Two young children were killed in a shooting while a 12-year-old was behind the wheel of a stolen pickup truck on I-24. The tragedy shining a light on juvenile crime here in Nashville.
Advocates against youth violence like Bishop Marcus Campbell, from The Church at Mt. Carmel, in North Nashville are shocked by the shooting death of a 12 and 14-year-old boy on I-24 E Tuesday morning. For the last five years, his program, G.A.N.G (Gentleman and Not Gangsters), has provided mentoring to young men in hopes of keeping them far away from trouble.
“It really shows me that even though the stuff that I do and other people in the community in mentoring programs and different things, it’s so much more work to be done out here,” said Bishop Campbell.
Abdiwahab Adan was a seventh-grade student at J.T. Moore Middle School and Donquez Abernathy was a freshman at Hillsboro High School. Metro police say a 16-year-old boy shot the two inside of a stolen pickup truck around 3:15 a.m. He and a 14-year-old female passenger, who was also in the truck, were taken to Vanderbilt University Medical Center after the incident.
In a statement to News 2, Metro Nashville Public Schools said, “Our hearts go out to the family, friends, students and staff who are mourning the loss of these two young children to a senseless act of gun violence. Our staff are working with the school communities affected to offer grief counseling and support.”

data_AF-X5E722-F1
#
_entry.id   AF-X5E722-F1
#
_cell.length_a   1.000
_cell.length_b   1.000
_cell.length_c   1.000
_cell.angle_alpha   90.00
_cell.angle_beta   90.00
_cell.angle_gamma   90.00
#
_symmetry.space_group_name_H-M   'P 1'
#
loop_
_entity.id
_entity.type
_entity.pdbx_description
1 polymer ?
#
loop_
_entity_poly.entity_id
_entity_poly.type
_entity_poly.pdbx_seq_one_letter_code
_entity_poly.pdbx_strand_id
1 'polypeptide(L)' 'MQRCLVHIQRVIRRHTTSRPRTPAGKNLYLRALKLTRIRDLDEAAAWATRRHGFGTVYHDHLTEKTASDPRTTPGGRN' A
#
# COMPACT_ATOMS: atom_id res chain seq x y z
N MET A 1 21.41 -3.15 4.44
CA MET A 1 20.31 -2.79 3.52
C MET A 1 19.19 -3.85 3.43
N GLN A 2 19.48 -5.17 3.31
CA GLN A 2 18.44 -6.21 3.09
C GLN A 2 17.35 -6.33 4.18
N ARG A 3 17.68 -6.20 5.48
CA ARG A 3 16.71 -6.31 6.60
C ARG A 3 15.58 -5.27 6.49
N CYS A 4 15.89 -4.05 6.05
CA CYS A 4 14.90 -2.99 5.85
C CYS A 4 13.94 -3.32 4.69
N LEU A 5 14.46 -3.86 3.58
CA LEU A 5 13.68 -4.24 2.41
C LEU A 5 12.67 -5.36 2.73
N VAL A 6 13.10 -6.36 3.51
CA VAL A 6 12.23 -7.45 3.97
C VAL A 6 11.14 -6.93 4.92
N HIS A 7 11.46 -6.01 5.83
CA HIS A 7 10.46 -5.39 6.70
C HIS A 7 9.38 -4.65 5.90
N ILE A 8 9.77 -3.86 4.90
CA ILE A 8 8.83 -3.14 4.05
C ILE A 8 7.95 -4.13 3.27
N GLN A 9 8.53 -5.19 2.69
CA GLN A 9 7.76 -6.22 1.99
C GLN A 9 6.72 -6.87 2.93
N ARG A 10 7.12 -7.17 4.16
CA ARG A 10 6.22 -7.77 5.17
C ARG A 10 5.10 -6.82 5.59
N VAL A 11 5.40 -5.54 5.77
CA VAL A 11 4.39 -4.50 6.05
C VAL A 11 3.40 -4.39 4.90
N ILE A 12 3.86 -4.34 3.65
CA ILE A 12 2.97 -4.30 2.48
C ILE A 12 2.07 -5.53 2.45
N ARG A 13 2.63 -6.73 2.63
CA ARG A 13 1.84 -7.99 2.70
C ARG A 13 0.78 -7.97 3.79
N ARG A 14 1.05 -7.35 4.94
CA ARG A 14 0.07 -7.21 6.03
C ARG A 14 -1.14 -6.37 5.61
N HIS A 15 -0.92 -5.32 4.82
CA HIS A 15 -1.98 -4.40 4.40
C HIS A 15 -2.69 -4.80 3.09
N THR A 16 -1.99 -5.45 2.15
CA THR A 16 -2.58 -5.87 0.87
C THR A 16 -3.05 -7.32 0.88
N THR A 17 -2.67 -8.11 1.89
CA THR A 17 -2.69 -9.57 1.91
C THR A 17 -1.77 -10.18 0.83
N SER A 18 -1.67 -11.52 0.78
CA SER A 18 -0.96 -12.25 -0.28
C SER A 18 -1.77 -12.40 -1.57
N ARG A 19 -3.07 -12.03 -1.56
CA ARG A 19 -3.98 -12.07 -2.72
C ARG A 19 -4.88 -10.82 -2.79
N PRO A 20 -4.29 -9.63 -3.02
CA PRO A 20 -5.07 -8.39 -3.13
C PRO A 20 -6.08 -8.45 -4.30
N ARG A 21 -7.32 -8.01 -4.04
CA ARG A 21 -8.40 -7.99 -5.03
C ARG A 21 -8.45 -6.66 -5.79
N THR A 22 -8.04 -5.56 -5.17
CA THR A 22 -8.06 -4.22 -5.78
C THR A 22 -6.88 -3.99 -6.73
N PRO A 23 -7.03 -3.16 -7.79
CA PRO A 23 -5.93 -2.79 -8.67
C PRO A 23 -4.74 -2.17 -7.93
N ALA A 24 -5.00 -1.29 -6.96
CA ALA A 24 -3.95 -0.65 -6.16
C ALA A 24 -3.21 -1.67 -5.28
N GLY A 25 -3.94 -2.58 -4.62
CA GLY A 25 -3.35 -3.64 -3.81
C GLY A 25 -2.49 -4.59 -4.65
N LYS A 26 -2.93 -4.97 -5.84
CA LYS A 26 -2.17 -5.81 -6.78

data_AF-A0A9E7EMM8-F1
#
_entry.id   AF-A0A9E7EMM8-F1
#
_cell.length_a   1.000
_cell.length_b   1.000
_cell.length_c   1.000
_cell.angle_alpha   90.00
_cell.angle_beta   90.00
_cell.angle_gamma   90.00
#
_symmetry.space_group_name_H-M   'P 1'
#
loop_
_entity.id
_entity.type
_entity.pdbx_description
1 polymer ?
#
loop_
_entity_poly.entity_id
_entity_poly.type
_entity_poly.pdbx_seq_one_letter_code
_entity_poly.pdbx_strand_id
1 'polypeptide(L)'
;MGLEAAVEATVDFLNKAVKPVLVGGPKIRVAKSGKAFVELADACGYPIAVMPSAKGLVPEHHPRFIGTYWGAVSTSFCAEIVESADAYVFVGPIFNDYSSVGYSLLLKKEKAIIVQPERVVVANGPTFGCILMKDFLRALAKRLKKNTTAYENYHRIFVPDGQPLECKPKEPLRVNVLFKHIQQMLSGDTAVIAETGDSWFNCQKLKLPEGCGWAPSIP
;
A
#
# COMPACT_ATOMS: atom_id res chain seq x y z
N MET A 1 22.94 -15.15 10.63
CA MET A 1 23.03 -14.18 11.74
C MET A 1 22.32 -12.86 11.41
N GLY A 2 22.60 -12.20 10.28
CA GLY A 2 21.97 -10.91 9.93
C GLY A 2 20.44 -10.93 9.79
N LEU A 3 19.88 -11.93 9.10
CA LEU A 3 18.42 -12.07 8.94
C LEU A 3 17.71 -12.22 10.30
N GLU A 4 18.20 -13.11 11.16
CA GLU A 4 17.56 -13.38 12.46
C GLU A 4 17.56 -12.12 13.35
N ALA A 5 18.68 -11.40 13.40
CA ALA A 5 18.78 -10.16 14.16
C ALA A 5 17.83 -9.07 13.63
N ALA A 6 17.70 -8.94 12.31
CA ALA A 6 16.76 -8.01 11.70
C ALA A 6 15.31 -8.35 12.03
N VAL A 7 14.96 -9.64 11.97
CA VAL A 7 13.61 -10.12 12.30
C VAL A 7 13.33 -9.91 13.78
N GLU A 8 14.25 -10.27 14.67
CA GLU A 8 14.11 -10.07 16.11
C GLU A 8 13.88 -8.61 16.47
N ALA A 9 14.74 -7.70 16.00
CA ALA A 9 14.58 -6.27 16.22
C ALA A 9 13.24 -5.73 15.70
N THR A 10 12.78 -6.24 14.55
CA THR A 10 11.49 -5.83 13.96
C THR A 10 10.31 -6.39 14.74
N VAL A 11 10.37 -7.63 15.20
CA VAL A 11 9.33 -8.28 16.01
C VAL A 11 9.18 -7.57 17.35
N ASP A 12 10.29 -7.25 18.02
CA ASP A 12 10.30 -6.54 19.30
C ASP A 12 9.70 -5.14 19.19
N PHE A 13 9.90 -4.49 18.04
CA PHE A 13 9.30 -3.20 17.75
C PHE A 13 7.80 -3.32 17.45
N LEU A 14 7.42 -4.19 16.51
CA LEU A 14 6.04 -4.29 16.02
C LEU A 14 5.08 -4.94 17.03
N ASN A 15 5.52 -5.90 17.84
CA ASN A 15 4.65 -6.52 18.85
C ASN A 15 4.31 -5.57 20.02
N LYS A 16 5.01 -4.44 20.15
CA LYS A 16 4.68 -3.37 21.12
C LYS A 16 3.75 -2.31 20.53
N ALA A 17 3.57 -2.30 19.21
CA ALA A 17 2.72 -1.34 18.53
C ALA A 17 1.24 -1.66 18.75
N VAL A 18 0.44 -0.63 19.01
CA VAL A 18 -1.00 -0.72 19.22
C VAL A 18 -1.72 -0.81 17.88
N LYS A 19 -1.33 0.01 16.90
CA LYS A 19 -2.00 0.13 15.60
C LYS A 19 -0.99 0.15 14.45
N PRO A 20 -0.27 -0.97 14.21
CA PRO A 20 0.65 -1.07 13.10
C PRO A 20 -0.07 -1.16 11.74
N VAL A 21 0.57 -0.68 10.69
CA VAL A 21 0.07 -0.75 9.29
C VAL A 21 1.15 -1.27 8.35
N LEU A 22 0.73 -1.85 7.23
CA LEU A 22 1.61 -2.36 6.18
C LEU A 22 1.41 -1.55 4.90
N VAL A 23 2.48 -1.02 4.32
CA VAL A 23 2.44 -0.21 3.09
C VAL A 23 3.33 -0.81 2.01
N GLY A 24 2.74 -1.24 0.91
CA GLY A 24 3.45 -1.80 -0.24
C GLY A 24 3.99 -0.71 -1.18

Many are questioning, what would motivate four young kids to be in a stolen pickup with a weapon during the overnight hours?
“Just excitement and hanging around with the crew as they would say,” said Bishop Campbell. “The adrenaline rush and doing what they want to do at the time not really thinking about the future and about the consequences behind what they do.”
The tragedy has placed a spotlight again on juvenile crimes, a topic often discussed in Nashville. There is some positive news to pass along. According to Davidson County Juvenile Court, juvenile arrests overall for crimes are down by 34% compared to this time last year. Juvenile violent felonies are down by 56%, especially aggravated robberies and carjackings. But, police are concerned about the rise in juvenile felony thefts, mainly stolen vehicles. The number is up by 6.9% since last year, a trend that has continued to increase since 2013.
COVID-19 has been a major roadblock for organizations like Campbell’s, who says face-to-face interaction is critical.
“The youth that needs to be targeted is never at these meetings and we’ve gotta find a way to bridge the gap, get into the community, boots on the ground and say ‘Hey I love you, I’m here, what do you need?’”
He’s encouraging parents who have suspicions that their child could be walking down a dangerous path to never be afraid to reach out.